Federal Health Center Funding is Crucial to Community Care

Access to care for millions of patients nationwide depends upon Congress approving healthcare funding by the end of September.  Unless Congress acts to extend health center funding by September 30, nearly seven million Community Health Center (CHC) patients will lose access to care.

Nationwide, CHCs provide accessible care to over 30 million patients, many of whom are on Medicare, Medicaid, uninsured, or unable to afford healthcare services.  Post-pandemic, during a time of financial uncertainty amongst CHCs, this funding is crucial to delivering reliable, affordable, and high-quality care to communities across the country.  With the population of CHC patients increasing, health centers need federal funding to continue to provide care, maintain their workforces, and meet the needs of their communities.

Health centers serve one in 11 people in the US, including one in nine children, one in six people with Medicaid, one in five people without insurance, and one in three people in poverty.  Health centers serve all patients regardless of insurance status, and, with 90% of all health center patients at or below 200% of the Federal Poverty Level (FPL), health centers are crucial to maintaining care accessibility for patients in vulnerable situations.

In 2022, NHC served over 21,000 patients in the Portland Metro area, almost 65% of whom live 200% below the federal poverty level.  Affordable, accessible services available at CHCs like NHC close the gap for those who can’t afford the cost of healthcare at private clinics.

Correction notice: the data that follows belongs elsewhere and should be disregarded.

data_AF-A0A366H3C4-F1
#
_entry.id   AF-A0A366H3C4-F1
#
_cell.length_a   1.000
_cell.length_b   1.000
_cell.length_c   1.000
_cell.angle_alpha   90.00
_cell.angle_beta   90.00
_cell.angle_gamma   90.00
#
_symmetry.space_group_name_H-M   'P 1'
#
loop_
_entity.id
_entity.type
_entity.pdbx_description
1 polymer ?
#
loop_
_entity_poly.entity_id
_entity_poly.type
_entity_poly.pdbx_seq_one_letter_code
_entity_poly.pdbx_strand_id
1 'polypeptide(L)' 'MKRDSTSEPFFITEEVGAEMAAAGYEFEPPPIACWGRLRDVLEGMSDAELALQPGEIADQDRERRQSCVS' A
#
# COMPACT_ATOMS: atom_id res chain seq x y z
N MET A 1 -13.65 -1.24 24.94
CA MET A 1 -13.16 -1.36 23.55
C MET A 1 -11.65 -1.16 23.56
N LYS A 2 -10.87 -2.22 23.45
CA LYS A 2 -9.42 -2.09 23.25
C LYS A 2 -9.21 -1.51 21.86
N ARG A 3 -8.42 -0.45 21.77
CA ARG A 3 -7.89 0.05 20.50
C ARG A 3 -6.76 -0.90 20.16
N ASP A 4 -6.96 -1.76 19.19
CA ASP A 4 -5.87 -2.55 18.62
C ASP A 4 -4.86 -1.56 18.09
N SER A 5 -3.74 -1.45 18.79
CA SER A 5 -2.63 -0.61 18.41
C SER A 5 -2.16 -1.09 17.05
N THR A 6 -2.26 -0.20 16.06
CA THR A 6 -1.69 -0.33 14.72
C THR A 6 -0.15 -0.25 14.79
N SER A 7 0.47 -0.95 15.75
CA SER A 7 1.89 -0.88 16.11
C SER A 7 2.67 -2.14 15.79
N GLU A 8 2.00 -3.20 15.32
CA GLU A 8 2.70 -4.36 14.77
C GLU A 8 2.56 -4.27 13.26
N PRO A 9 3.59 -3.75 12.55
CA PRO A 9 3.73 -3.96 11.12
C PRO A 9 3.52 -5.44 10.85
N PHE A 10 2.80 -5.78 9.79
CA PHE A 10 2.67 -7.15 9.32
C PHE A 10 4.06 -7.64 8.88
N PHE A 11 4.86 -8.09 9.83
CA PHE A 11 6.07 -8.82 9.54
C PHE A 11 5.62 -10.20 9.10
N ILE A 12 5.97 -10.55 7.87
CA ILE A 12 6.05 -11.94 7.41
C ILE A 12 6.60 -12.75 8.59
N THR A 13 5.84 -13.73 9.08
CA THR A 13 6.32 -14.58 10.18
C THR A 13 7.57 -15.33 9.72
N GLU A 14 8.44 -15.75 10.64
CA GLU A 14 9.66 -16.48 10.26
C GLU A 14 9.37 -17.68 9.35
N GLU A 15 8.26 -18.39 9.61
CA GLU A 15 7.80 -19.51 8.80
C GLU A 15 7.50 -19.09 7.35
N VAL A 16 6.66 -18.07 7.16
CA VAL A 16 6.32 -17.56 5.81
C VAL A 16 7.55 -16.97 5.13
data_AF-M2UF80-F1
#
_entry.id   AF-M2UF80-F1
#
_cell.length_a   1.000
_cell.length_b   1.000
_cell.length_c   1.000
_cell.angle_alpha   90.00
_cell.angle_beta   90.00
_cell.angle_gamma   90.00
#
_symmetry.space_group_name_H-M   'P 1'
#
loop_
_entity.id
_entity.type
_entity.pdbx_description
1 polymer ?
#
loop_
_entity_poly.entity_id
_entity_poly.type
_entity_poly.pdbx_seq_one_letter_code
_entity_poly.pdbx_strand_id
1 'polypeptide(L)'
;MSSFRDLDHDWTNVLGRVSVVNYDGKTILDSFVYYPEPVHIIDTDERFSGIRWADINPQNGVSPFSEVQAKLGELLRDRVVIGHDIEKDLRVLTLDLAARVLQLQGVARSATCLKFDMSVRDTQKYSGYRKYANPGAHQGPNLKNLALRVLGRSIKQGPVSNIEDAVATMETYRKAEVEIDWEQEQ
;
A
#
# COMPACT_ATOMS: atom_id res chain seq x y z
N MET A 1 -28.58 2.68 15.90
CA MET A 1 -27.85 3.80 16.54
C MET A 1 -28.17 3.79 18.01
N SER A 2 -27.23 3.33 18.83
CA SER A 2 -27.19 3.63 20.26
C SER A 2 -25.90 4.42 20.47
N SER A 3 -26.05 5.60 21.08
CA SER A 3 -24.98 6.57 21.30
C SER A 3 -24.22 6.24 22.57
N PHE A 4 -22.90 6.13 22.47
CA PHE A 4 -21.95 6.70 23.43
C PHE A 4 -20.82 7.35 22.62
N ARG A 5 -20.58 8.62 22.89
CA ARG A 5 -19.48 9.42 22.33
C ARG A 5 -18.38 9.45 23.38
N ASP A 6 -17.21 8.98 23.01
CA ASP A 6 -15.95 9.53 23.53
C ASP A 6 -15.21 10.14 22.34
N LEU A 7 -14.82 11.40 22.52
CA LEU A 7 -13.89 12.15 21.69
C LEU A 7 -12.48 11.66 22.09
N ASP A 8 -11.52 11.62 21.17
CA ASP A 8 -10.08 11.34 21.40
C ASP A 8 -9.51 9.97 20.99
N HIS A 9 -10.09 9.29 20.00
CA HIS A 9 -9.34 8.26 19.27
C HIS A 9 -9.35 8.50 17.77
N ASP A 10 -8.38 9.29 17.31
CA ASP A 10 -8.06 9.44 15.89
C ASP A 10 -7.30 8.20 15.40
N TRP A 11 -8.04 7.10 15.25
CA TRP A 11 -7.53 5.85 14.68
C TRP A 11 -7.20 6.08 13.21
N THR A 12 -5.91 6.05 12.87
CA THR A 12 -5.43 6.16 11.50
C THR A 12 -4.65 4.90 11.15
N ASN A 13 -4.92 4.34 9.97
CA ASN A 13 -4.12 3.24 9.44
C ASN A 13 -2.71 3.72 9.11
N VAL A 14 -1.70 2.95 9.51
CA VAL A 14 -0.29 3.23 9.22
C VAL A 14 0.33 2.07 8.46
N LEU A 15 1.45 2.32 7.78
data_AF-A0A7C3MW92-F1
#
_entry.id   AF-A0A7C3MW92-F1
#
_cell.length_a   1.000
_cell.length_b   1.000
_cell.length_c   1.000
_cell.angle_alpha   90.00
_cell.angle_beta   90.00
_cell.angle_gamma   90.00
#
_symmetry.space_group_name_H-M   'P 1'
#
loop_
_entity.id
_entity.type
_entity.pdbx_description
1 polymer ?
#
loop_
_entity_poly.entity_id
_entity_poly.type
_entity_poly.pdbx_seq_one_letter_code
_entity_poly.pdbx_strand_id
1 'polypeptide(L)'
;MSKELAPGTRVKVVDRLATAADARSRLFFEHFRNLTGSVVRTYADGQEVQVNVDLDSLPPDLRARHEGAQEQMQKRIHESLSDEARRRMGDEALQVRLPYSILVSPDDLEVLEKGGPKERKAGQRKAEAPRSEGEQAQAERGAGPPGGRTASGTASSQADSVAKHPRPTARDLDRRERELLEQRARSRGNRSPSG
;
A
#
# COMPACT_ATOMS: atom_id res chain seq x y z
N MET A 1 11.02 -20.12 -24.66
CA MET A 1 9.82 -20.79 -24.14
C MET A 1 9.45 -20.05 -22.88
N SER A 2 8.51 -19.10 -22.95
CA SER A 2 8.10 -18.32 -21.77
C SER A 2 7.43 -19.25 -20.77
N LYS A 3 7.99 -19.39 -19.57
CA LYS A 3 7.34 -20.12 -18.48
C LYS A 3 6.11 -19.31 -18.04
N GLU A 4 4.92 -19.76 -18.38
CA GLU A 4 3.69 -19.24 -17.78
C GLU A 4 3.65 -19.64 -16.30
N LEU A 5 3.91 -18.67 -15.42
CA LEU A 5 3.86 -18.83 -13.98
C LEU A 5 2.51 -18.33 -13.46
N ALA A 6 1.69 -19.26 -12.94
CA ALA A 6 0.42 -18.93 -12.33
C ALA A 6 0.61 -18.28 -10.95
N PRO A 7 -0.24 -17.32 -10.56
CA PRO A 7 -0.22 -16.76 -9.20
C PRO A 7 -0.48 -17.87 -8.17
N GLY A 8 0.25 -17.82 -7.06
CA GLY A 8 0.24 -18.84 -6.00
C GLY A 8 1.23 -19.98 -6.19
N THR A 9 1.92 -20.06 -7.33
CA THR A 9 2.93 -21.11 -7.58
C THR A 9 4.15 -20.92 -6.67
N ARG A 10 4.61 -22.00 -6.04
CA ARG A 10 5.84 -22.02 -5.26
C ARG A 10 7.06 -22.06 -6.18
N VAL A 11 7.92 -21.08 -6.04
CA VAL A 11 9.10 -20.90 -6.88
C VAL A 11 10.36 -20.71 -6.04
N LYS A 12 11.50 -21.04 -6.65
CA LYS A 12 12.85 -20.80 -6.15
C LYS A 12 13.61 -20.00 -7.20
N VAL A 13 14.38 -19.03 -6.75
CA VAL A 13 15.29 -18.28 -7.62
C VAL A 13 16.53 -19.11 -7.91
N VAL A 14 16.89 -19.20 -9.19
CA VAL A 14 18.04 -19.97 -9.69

On average, health center patients are more likely to receive routine screenings and immunizations than patients at private practices and outpatient clinics, including mammograms, pap smears, colorectal cancer screenings, and flu shots.  During the COVID-19 pandemic, CHCs administered over 22 million vaccines, 20 million tests, 7 million N95 masks, and almost 8 million at-home test kits.

Section 330 of the Public Health Services Act, known as the 330 Grant, provides about 70% of federal funding for CHCs.  This act is set to expire on September 30 of this year, along with laws funding the government, reauthorization of pandemic preparedness programs, and renewals for substance use and mental health aid.

To support the 330 Grant which funds the Health Center Program, visit the National Association of Community Health Centers website.